You may have noticed more condensation on your windows during the winter months, so in this simple blog post we have explained the causes of condensation, along with its effects and preventative measures.
What is condensation?
Condensation is a result of airborne water vapour condensing into a liquid, which is deposited on interior – or exterior – surfaces.
What causes condensation?
Condensation is a result of warm air colliding with cold surfaces, or when there is an excess amount of humidity in your home. Condensation is more common during the colder winter months, when your heating is used more frequently on cold winter mornings and evenings.
What can happen if I don’t prevent condensation?
If you don’t regularly remove condensation, or follow ways to reduce it, a build up can lead to greater problems. Condensation can lead to mould build up around the edges and sills of your windows, and this could eventually damage your walls and furniture.
How can I minimise condensation in my home?
If the biggest cause of condensation is the variation of inside room temperature, this can be controlled by replacing single glazing with energy efficient double or triple glazing, which works to maintain a higher surface temperature of the interior facing glass.
If this isn’t an option – or exterior temperature changes are extreme – condensation and its long term effects can be kept under control through regular removal of the excess water, using a dry cloth to wipe down the surface. Other preventative measures include:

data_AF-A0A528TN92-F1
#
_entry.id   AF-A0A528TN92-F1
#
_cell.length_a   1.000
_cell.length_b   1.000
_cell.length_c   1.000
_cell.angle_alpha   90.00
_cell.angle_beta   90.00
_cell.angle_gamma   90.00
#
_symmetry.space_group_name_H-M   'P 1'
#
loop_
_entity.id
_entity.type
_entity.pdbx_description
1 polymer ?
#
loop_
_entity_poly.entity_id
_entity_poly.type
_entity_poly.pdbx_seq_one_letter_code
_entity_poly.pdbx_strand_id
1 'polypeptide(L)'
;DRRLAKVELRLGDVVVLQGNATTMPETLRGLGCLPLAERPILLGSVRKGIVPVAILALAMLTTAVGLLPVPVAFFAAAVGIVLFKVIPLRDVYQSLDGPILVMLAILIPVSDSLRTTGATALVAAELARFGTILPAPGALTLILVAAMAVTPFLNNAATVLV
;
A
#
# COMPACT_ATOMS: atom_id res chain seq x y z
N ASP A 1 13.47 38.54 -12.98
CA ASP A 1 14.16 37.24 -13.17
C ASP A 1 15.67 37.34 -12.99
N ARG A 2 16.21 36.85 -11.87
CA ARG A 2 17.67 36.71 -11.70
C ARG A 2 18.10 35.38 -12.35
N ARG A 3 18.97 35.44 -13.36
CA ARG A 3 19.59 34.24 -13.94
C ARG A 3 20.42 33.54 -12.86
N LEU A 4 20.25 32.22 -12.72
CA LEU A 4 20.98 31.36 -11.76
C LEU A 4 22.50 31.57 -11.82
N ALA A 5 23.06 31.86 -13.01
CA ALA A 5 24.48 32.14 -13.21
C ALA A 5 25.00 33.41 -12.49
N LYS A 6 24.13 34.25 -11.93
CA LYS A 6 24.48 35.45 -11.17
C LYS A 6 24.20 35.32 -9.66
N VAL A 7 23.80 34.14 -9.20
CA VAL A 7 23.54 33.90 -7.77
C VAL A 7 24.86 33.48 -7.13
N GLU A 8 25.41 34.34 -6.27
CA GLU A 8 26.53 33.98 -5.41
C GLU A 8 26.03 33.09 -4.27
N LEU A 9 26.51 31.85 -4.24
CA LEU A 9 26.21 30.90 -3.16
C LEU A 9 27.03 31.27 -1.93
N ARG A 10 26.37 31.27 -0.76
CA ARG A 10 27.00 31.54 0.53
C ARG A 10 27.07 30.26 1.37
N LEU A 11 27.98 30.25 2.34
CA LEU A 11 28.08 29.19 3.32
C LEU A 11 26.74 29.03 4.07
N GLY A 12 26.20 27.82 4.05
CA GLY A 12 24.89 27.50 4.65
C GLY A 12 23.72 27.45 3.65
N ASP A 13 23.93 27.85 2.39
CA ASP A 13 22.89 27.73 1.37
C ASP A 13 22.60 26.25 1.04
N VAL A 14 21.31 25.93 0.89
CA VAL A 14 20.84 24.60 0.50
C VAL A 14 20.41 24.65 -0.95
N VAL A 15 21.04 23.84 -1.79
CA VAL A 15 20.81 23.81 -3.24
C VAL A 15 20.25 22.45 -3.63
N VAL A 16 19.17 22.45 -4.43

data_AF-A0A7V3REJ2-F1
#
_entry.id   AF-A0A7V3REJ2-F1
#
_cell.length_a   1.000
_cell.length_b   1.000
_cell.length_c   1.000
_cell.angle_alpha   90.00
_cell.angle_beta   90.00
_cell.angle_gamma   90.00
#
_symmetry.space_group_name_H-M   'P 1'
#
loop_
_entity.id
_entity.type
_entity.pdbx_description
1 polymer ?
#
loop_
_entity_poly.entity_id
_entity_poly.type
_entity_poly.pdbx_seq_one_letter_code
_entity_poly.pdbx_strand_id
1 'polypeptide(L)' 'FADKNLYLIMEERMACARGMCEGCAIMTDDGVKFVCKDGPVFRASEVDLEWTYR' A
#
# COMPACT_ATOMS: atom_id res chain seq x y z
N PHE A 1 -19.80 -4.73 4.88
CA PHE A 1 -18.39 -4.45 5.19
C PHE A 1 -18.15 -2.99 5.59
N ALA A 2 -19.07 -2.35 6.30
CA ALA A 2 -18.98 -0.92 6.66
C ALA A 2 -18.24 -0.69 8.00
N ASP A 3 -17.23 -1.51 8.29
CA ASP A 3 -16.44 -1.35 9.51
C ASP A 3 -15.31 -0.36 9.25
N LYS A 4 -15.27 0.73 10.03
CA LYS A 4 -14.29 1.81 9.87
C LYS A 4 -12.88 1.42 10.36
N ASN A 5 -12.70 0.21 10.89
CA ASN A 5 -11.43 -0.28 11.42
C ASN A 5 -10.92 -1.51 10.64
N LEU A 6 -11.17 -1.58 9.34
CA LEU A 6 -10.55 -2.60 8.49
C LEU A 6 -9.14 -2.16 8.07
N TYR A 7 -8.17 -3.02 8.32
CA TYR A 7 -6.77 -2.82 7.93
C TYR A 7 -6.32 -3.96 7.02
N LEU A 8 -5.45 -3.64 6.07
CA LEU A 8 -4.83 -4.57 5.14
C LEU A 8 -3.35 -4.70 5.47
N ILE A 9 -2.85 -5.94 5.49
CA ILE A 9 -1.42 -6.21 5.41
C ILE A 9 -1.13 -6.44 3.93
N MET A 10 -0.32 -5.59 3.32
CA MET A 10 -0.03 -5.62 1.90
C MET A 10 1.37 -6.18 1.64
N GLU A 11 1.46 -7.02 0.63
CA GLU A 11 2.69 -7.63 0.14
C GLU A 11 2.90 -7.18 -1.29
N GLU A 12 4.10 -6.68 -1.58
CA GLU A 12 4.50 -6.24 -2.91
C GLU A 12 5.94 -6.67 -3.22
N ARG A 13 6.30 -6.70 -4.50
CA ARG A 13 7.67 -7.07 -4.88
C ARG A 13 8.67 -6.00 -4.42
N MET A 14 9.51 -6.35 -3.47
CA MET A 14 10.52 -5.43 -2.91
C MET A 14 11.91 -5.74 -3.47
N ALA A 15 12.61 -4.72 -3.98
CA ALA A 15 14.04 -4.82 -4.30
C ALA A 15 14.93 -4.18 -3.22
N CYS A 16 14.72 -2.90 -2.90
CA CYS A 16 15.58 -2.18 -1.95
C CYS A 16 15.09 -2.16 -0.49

- Correct air vents: If you have a washing machine or dryer in your home, ensure that this is correctly vented. Litres of water can be emitted into the air from a single wash, so adequate ventilation is essential to minimise condensation.
- Bathroom tip: When showering or bathing, turn on your extractor fan to eliminate steam and moisture that results from running warm water in a cold environment.
- Drying clothes: As drying clothes in the winter isn’t always possible outside, keep wet washed clothes in a bathroom with the adjoining door closed and, ideally, with a window open.
- Furniture care: To allow air to circulate fully around the house, when possible, make sure that your furniture is at least 50mm away from walls.
Following these tips should help reduce condensation in your home.
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